Hilton Dawson, Chair of the Academy speaking at the launch said: ‘At the moment there is a welcome range of parenting initiatives and a dramatic growth in the level of interest in parenting. However, there is also confusion about what really works, about the consistency and availability of parenting support across the country.
‘The Academy’s role is to provide a calm voice: high quality advice for practitioners on the parenting support that works best, a world class medium for ongoing research, a promoter of high professional standards for those working with parents, the engine to achieve effective roll out of quality parenting programmes across England and a critical friend and advisor to any Government which wants to take parenting seriously. ‘
Angela Sibson, Chief Executive of the Academy said: ‘The Academy’s key aim is to improve the quality of advice and support parents can expect from parenting practitioners. If we are to get this right, it is essential that we build our evidence and knowledge base and share good practice and what works with the parenting workforce. In driving forward policy and practice we aspire to be an international hub for the exchange of ideas and learning.’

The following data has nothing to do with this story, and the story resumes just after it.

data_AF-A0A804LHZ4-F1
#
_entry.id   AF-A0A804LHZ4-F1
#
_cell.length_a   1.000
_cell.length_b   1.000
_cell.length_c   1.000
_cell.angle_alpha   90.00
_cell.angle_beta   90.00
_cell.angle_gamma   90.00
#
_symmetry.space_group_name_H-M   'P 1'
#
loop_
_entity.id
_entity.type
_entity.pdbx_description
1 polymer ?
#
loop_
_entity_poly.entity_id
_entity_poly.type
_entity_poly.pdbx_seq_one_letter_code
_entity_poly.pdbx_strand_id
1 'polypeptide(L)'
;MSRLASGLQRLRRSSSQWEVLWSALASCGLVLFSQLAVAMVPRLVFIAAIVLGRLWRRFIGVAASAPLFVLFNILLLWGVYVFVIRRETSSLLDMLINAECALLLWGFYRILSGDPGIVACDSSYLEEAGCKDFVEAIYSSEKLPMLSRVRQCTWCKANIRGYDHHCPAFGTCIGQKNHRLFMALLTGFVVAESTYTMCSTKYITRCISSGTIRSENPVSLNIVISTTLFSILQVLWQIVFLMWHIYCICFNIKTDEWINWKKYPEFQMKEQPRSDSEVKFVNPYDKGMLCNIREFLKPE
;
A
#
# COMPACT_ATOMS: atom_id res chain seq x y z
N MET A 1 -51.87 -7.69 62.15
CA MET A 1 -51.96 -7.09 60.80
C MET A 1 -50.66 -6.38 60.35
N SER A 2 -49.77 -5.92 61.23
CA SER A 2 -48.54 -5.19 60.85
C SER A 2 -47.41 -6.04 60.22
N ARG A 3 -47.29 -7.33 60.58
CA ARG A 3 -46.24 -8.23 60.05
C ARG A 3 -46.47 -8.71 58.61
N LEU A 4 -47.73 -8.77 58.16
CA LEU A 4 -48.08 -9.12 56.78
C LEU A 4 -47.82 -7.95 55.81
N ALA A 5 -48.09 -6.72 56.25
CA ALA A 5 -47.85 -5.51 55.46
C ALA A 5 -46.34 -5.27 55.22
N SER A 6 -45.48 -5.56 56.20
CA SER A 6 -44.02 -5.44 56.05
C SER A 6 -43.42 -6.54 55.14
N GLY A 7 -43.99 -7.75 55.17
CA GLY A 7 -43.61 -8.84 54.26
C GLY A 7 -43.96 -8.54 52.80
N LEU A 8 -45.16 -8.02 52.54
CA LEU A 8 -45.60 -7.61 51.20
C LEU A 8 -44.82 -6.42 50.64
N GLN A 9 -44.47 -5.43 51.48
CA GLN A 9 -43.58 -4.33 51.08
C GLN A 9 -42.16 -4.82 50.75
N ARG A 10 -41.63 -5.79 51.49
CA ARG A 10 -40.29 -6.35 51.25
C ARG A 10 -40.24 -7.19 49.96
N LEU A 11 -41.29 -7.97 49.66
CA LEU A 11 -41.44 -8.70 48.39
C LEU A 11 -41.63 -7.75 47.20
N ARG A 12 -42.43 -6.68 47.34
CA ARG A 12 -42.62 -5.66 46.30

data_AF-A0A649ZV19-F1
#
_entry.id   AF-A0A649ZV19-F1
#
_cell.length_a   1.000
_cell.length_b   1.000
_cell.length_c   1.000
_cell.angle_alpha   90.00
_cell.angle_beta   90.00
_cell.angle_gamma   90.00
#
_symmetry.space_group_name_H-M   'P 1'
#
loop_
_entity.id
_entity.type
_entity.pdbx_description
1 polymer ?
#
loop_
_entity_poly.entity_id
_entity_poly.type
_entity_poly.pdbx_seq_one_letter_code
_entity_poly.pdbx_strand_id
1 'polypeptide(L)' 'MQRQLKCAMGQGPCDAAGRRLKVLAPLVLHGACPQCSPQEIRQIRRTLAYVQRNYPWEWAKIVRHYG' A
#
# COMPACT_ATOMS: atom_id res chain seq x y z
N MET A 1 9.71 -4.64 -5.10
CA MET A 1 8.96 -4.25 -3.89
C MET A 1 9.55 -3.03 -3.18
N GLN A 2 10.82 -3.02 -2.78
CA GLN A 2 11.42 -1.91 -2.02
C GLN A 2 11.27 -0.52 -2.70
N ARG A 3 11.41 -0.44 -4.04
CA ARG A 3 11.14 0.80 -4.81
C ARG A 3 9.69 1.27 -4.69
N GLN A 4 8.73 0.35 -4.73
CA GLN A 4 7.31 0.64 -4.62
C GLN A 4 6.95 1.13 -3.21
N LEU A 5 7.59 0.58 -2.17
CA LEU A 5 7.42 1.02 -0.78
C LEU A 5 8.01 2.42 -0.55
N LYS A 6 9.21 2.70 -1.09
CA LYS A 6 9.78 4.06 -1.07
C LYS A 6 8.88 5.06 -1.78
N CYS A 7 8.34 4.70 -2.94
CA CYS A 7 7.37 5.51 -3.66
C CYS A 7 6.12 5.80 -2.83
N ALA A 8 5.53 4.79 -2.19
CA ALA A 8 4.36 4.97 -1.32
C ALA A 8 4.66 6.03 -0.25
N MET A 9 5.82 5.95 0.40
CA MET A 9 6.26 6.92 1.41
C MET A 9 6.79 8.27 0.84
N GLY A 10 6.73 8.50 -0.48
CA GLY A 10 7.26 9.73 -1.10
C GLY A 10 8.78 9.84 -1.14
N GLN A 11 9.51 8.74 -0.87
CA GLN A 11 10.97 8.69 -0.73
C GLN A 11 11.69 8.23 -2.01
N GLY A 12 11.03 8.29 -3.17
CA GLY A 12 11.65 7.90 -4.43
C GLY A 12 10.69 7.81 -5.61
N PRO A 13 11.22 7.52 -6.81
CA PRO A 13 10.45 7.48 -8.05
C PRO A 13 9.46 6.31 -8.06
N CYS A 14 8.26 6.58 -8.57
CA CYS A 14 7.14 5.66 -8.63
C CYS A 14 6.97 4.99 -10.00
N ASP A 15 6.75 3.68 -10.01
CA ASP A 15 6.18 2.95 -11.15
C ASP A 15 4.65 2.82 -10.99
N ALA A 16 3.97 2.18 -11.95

Notes to Editors
King’s College London
King’s College London is the fourth oldest university in England with more than 13,700 undergraduates and nearly 6,200 graduate students in nine schools of study based at five London campuses. It is a member of the Russell Group: a coalition of the UK’s major research-based universities. The College has had 24 of its subject-areas awarded the highest rating of 5* and 5 for research quality, demonstrating excellence at an international level, and it has recently received an excellent result in its audit by the Quality Assurance Agency.
King’s has a particularly distinguished reputation in the humanities, law, international relations, medicine, nursing and the sciences, and has played a major role in many of the advances that have shaped modern life, such as the discovery of the structure of DNA. It is the largest centre for the education of healthcare professionals in Europe and is home to five Medical Research Council Centres – more than any other university.
King’s is in the top group of UK universities for research earnings, with income from grants and contracts of more than £114 million, and has an annual income of more than £369 million.